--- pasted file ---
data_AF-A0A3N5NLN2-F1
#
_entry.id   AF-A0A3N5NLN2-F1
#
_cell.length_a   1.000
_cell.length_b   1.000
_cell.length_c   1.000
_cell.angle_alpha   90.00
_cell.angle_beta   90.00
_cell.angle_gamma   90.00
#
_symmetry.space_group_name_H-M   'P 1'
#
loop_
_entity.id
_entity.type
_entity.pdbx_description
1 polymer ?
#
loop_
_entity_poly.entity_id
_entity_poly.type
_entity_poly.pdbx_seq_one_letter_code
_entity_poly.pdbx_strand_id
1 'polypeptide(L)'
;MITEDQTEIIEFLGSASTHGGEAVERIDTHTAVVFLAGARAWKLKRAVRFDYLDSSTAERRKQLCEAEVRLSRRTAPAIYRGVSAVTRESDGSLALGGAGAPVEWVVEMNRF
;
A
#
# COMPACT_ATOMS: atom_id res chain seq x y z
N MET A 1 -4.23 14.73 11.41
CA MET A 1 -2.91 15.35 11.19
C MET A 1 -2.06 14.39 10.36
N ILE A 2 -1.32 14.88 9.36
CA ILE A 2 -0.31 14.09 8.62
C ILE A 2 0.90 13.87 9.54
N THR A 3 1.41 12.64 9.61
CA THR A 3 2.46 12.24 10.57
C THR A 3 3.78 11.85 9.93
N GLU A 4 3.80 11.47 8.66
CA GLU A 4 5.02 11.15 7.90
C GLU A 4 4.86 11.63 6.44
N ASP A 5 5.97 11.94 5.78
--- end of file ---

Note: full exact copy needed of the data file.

data_AF-A0A3N5NLN2-F1
#
_entry.id   AF-A0A3N5NLN2-F1
#
_cell.length_a   1.000
_cell.length_b   1.000
_cell.length_c   1.000
_cell.angle_alpha   90.00
_cell.angle_beta   90.00
_cell.angle_gamma   90.00
#
_symmetry.space_group_name_H-M   'P 1'
#
loop_
_entity.id
_entity.type
_entity.pdbx_description
1 polymer ?
#
loop_
_entity_poly.entity_id
_entity_poly.type
_entity_poly.pdbx_seq_one_letter_code
_entity_poly.pdbx_strand_id
1 'polypeptide(L)'
;MITEDQTEIIEFLGSASTHGGEAVERIDTHTAVVFLAGARAWKLKRAVRFDYLDSSTAERRKQLCEAEVRLSRRTAPAIYRGVSAVTRESDGSLALGGAGAPVEWVVEMNRF
;
A
#
# COMPACT_ATOMS: atom_id res chain seq x y z
N MET A 1 -4.23 14.73 11.41
CA MET A 1 -2.91 15.35 11.19
C MET A 1 -2.06 14.39 10.36
N ILE A 2 -1.32 14.88 9.36
CA ILE A 2 -0.31 14.09 8.62
C ILE A 2 0.90 13.87 9.54
N THR A 3 1.41 12.64 9.61
CA THR A 3 2.46 12.24 10.57
C THR A 3 3.78 11.85 9.93
N GLU A 4 3.80 11.47 8.66
CA GLU A 4 5.02 11.15 7.90
C GLU A 4 4.86 11.63 6.44
N ASP A 5 5.97 11.94 5.78